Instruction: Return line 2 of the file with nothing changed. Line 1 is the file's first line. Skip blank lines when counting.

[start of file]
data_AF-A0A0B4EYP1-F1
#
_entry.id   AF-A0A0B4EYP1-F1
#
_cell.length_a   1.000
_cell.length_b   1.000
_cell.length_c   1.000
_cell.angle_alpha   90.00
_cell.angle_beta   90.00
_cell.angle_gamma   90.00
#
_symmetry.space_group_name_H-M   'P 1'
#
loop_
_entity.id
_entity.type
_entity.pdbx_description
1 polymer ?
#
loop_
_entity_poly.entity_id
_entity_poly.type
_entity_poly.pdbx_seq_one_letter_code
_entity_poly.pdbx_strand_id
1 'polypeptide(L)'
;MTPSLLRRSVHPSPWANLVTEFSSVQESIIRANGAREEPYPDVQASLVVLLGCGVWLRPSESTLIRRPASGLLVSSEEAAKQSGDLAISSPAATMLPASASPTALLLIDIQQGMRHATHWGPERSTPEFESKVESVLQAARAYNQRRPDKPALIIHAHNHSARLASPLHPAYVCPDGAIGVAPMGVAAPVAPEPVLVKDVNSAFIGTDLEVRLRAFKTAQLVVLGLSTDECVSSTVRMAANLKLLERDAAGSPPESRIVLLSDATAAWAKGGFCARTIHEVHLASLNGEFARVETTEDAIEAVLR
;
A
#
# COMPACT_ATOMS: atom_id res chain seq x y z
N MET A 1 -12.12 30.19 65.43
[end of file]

#